Do you want to sell sugar water for the rest of your life? Or do you want to come with me and change the world?’
That’s how one of the most iconic stories of the corporate world began when Steve Jobs asked John Sculley, then president of Pepsi, to be his CEO at Apple Inc. Within a year, Sculley fired Jobs from his own company and the rest is history.
A similar iconic story played out in Bengaluru on Friday. It started out with Infosys CEO Vishal Sikka’s surprise resignation which was triggered by this line by founder Narayana Murthy: “They (three independent directors of the board) have told me umpteen times that Dr Sikka is not CEO material but CTO material.”
However, insiders and people in the know say that although the friction between Murthy and Sikka and other members of the board started with the huge salaries being paid to the CEO, it was Artificial Intelligence that led to the climactic turn of events. Sikka was “heavily pushing” the company towards deep learning – something that founding members did not really approve of, or really understood. “They want to run the company like a conventional outsourcing business. Besides, top tech companies haven’t been able to get their head around AI in Europe,” said an industry watcher, asking not to be named.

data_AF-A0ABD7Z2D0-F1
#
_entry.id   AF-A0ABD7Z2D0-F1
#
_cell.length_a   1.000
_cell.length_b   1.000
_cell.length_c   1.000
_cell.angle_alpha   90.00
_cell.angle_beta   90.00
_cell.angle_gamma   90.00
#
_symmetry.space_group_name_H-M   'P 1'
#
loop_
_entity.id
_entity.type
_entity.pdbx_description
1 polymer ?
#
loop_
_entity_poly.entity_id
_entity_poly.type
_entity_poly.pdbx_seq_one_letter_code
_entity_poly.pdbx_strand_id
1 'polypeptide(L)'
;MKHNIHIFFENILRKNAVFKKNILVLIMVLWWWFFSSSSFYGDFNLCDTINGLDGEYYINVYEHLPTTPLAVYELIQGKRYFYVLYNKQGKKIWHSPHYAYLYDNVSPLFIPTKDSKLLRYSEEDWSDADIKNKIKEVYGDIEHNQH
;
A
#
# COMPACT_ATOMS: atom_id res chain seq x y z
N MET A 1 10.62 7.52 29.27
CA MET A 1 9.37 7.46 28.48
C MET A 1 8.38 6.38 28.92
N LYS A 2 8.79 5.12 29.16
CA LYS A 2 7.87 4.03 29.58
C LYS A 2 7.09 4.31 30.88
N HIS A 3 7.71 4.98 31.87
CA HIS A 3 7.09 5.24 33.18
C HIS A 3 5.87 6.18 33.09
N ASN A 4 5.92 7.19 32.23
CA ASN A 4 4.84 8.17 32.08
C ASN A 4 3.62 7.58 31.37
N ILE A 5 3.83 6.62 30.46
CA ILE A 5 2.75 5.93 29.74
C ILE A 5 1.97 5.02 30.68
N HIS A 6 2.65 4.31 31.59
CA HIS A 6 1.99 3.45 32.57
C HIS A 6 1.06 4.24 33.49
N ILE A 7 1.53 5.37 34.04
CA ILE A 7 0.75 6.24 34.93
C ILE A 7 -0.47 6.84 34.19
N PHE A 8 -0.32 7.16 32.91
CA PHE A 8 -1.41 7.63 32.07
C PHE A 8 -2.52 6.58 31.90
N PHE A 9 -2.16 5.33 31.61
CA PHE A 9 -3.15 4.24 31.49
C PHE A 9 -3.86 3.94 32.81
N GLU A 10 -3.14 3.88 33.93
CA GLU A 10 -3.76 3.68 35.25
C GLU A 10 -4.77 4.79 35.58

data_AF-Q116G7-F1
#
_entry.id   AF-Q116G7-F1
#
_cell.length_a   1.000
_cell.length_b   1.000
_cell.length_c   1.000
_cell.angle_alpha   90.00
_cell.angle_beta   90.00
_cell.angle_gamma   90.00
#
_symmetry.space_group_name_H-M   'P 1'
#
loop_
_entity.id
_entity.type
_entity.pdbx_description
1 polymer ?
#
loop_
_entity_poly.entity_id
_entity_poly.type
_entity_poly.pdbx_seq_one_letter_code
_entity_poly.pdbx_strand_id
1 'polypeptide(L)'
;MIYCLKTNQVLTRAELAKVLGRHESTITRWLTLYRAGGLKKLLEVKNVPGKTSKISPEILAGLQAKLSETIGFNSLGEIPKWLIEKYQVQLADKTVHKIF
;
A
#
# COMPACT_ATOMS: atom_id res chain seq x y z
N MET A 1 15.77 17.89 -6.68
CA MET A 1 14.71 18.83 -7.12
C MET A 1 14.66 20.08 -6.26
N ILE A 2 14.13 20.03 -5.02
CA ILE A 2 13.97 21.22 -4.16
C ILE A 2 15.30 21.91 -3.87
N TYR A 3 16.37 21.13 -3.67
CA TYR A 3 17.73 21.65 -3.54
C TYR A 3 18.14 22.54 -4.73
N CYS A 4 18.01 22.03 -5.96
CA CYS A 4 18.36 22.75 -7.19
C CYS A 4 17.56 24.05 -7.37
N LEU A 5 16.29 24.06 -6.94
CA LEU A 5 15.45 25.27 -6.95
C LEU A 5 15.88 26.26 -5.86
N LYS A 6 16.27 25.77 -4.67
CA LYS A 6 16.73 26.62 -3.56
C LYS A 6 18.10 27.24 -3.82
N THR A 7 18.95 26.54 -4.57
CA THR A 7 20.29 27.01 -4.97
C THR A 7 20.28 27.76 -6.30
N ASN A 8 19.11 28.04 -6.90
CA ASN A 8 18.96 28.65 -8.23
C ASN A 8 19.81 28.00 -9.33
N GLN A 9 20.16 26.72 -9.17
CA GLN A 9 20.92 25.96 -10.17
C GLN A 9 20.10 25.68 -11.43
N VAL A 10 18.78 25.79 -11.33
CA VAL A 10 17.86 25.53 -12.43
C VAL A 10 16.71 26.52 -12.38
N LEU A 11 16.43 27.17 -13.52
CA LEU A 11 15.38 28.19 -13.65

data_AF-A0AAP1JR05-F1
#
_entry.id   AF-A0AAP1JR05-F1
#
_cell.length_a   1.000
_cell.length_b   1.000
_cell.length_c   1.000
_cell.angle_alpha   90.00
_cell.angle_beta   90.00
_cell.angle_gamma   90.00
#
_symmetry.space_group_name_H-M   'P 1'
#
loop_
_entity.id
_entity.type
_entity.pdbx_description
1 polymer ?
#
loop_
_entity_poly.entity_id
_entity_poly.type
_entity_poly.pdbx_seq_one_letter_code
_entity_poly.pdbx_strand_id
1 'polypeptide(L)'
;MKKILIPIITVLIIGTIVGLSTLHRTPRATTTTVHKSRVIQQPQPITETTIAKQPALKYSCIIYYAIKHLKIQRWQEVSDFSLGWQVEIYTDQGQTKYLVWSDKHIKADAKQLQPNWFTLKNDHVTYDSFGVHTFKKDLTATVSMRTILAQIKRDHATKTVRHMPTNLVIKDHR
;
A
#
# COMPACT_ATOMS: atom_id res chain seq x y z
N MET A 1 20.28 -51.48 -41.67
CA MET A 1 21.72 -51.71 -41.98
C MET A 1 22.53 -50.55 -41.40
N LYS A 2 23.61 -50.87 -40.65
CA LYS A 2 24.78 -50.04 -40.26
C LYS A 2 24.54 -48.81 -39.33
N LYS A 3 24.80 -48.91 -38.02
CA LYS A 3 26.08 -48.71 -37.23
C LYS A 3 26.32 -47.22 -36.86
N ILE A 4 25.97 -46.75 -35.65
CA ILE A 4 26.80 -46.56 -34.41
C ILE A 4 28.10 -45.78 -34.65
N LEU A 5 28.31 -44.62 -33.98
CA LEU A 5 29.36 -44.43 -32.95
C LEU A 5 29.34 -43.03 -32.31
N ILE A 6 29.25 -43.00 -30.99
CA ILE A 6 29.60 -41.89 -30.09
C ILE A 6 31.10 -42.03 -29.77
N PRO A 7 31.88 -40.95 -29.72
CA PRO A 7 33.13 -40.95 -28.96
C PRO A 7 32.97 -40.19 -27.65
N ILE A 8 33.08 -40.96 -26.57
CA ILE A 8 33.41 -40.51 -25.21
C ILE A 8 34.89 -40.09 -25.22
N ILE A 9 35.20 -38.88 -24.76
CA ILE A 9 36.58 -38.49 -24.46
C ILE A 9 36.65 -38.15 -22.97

In February 2015, Infosys completed the acquisition of UK-based automation technology company, Panaya. The acquisition was led by Sikka and opened a can of worms for Infosys in its wake.
It was a bitter end to what began on a happy note in August 2014 (Murthy yanked Sikka off the executive board of SAP AG and brought him to head Infosys). Pictures of Murthy and Sikka sharing a laugh, or having an intense conversation in the living room were the staple of media as Sikka began a tough transition and grew the company’s revenues from $2.13 billion (in Q1, 2015) to $2.65 billion (in Q1, 2016) 2016; the IT behemoth has been struggling to report incremental growth in any of its markets since then. Matters came to a head in February over what Murthy described as “deteriorating standard of corporate governance at Infosys”.
On Friday, this is how the cookie crumbled: